We conducted a controlled trial of the use of patient self-assessment data to improve provider-patient interaction in busy primary care practices. Two years after randomization, patients in intervention practices were more likely than patients in usual care practices to report receiving improved medical care, gaining a better understanding of several important threats to their health, and receiving greater assistance with some functional and clinical problems. The intervention rests on the well-documented observation that a synergistic interaction of standard health assessment, customized patient education, and productive physician-patient communication is necessary to improve care for old and chronically ill persons. (2, 20) The subgroup analysis suggests that increasing provider participation could greatly increase the benefit of the intervention. Unfortunately, we did not give physicians aggressive feedback about patient recall of the intervention.
Several additional limitations of our trial deserve comment.
Loss to Follow-up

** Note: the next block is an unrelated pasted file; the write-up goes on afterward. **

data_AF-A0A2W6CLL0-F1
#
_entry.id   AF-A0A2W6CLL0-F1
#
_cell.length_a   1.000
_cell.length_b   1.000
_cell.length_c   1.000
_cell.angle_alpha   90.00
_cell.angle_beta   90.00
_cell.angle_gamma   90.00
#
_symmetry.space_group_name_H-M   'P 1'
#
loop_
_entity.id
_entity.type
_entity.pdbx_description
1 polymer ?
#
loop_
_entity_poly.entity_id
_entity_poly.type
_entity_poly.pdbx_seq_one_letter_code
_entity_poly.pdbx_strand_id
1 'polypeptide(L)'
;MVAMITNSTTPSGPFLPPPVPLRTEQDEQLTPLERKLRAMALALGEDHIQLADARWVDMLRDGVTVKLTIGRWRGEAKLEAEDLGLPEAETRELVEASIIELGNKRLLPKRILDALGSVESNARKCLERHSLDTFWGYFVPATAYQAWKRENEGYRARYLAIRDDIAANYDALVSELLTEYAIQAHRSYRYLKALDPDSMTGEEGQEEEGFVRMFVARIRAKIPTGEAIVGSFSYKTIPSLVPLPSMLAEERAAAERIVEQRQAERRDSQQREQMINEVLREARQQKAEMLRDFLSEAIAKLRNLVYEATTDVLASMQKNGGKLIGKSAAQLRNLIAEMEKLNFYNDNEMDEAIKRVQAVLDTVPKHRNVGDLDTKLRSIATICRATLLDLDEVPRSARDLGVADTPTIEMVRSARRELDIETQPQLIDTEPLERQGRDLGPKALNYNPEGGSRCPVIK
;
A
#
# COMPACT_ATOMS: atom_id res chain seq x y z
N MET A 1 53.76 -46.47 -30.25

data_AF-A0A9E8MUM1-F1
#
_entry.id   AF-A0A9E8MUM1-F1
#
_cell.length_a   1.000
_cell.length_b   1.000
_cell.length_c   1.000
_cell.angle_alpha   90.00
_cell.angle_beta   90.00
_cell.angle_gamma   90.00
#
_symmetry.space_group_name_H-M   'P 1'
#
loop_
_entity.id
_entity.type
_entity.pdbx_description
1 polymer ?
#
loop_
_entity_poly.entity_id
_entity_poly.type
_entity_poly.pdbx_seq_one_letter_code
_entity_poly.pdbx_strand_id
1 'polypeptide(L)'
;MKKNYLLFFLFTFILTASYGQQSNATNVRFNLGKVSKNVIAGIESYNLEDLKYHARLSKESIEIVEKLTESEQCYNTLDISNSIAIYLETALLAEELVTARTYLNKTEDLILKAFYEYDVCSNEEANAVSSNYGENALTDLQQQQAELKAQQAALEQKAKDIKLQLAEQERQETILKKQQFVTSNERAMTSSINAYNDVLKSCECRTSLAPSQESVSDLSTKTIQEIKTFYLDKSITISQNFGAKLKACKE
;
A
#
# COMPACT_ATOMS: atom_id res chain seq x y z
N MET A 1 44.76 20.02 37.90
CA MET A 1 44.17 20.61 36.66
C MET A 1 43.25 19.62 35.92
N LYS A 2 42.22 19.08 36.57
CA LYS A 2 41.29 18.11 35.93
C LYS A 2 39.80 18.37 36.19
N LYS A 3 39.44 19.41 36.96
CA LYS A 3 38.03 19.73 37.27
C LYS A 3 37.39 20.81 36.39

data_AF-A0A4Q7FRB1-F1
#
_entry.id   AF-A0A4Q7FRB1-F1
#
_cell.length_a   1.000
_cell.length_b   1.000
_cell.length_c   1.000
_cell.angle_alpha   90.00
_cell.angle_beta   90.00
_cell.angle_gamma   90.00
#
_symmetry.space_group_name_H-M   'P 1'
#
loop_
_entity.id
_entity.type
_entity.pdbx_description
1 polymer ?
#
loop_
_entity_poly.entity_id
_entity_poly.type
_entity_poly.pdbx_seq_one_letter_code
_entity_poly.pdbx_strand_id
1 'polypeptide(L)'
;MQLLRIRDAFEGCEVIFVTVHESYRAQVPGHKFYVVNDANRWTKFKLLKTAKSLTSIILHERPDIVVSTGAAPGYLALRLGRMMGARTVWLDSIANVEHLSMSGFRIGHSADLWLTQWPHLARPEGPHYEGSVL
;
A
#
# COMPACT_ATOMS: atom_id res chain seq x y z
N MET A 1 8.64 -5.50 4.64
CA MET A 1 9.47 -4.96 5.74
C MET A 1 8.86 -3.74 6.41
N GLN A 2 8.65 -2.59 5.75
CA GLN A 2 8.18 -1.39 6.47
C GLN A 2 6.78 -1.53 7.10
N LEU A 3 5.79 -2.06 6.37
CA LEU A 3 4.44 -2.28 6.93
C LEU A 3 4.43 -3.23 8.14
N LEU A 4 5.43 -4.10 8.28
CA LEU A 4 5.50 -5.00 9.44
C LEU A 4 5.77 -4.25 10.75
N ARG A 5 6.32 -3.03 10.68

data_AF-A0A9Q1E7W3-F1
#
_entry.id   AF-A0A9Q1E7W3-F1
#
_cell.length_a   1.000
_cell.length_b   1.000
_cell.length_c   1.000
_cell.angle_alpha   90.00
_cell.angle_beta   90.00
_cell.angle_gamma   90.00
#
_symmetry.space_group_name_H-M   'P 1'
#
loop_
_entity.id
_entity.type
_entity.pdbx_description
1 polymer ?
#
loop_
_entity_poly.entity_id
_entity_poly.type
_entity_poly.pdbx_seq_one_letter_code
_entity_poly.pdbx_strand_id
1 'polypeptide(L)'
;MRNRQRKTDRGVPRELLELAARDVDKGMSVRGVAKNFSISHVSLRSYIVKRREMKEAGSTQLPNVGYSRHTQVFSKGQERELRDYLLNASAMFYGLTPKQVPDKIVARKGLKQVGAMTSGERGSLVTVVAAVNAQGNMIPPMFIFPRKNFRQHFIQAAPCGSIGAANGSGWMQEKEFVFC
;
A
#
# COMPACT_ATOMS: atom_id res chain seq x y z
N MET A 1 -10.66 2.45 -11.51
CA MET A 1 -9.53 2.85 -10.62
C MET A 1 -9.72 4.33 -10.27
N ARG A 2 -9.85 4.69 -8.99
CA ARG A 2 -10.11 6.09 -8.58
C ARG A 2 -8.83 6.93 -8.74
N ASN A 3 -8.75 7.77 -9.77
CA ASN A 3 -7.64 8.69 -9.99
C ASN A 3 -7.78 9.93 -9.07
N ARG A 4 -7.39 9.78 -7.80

Many patients who entered our study did not finish it. Some of the attrition was due to death; some to nursing home admission; some to changes in residence; some to increasing cognitive impairment; and some, undoubtedly, to patient choice. Such losses are one of the challenges of studying a community-dwelling elderly population (mean age, 78 years). We are reassured, however, that attrition was similar in both groups and did not bias our comparison.
The attrition seen in our study does raise concerns about the generalizability of our results. Clearly, the intervention is not for all patients. Participants must be cognitively intact to complete their self-assessment data. We did, however, observe both very old and sick patients completing these data.
The participation of volunteer physicians may also raise concern about generalizability. At the end of the study, patients in both groups reported that more than 90% of their care came from one provider: This is a marker of high-quality ambulatory care and a potential source of improved outcomes. (21) Our results show that a strategy of standardized assessment, feedback, and education may make presumably "good" care even better. Whether this would apply to physicians who do not volunteer to participate is open to question.